AS the only school in England to have a bat as their school logo, Castle Mead Primary in Trowbridge is inclined to take a walk on the wild side with its learning.

Since opening its doors in September 2014, after builders discovered Bechstein bats on the site, a conservation area was established and all the six classes and a nursery class are named after bats.

The school is part of The Mead Academy Trust consisting of three schools: The Mead Community Primary, operating on two sites at Hilperton and Wingfield; Castle Mead School and River Mead School in Melksham (formerly Kings Park Academy).

All schools in the trust are modelled on the same principles, whilst developing and establishing their own identity.

Head of school Tracy Boulton said: “At Castle Mead we strive to make learning irresistible and to engage our pupils in the excitement learning brings. We aim to provide an environment that is stimulating and inspirational with rich exciting opportunities to help everyone achieve their full potential.”

A key experience for children last term was being involved in the Tim Peake Space Project and pupils have been preparing to become space biologists and embark on a voyage of discovery by growing seeds that have been into space.

In September, two kilograms of rocket seeds were flown to the International Space Station on Soyuz 44s where they will spend several months in microgravity before returning to earth in March. The seeds have been sent as a part of Rocket Science, an educational project launched by the RHS Campaign for School Gardening and the UK Space Agency.

Castle Mead School will be one of up to 10,000 schools to receive a packet of 100 seeds from space, which they will grow alongside seeds that haven’t been in orbit and measure the differences over seven weeks.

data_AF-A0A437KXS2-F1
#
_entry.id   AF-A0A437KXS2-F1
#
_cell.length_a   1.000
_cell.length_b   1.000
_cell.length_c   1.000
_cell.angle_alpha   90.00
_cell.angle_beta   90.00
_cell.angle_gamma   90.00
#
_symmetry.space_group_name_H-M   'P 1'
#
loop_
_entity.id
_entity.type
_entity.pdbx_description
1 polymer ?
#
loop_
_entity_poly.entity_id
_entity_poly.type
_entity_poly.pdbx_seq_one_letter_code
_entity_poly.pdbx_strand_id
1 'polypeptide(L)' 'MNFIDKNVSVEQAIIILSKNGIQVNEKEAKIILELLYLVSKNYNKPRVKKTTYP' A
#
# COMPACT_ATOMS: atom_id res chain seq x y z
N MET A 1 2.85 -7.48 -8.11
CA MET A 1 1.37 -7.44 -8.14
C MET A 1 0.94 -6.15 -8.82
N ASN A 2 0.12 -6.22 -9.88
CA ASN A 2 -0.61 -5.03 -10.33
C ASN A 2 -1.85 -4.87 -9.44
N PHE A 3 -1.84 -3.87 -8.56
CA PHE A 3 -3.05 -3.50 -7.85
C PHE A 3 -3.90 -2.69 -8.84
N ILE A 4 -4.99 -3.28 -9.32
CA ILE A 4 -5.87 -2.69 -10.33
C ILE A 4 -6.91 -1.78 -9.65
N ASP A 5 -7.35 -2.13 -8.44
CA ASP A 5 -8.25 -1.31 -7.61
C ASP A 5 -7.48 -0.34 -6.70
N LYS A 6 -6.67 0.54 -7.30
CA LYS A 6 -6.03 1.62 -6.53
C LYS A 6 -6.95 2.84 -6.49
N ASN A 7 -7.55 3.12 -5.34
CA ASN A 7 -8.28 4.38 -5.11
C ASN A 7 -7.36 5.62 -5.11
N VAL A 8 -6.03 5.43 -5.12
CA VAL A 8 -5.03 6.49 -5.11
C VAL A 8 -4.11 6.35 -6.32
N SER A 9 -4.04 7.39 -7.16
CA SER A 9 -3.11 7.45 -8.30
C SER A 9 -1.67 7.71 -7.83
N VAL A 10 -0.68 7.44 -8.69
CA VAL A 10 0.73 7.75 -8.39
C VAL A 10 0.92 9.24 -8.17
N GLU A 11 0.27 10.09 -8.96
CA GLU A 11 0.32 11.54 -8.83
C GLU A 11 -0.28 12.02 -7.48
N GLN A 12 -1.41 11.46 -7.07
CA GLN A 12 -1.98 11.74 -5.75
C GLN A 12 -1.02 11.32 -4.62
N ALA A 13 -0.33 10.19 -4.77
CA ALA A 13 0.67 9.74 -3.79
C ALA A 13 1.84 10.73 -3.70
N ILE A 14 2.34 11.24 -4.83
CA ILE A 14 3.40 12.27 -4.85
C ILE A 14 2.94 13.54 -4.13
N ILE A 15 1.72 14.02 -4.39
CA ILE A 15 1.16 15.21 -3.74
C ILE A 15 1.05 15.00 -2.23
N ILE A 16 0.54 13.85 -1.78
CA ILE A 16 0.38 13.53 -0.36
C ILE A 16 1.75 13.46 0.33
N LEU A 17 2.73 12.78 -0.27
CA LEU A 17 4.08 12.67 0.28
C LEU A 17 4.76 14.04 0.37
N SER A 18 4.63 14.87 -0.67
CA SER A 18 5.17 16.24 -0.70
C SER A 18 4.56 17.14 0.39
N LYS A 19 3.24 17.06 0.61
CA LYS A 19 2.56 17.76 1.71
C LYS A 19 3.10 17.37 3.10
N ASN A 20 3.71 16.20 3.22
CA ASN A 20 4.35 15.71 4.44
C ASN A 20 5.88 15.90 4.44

The children won’t know which packet contains which seeds until all results have been collected by the RHS Campaign for School Gardening and analysed by professional biostatisticians.

Over the last year, the school has also been involved in a national initiative for children to take over museums. Last November, Year 4 pupils took over running Trowbridge Museum for one day and were able to run workshop sessions.

Year 4 teacher Beth Taylor said: “The takeover was such an amazing opportunity to bring learning to life. The children are so engaged with their learning and so the takeover had real purpose for them and whenever we are working on a museum project they don’t want to stop.”

Castle Mead’s school ethos and vision is to develop their pupils' skills as leaders and to support them to be respectful citizens who make a positive contribution to society.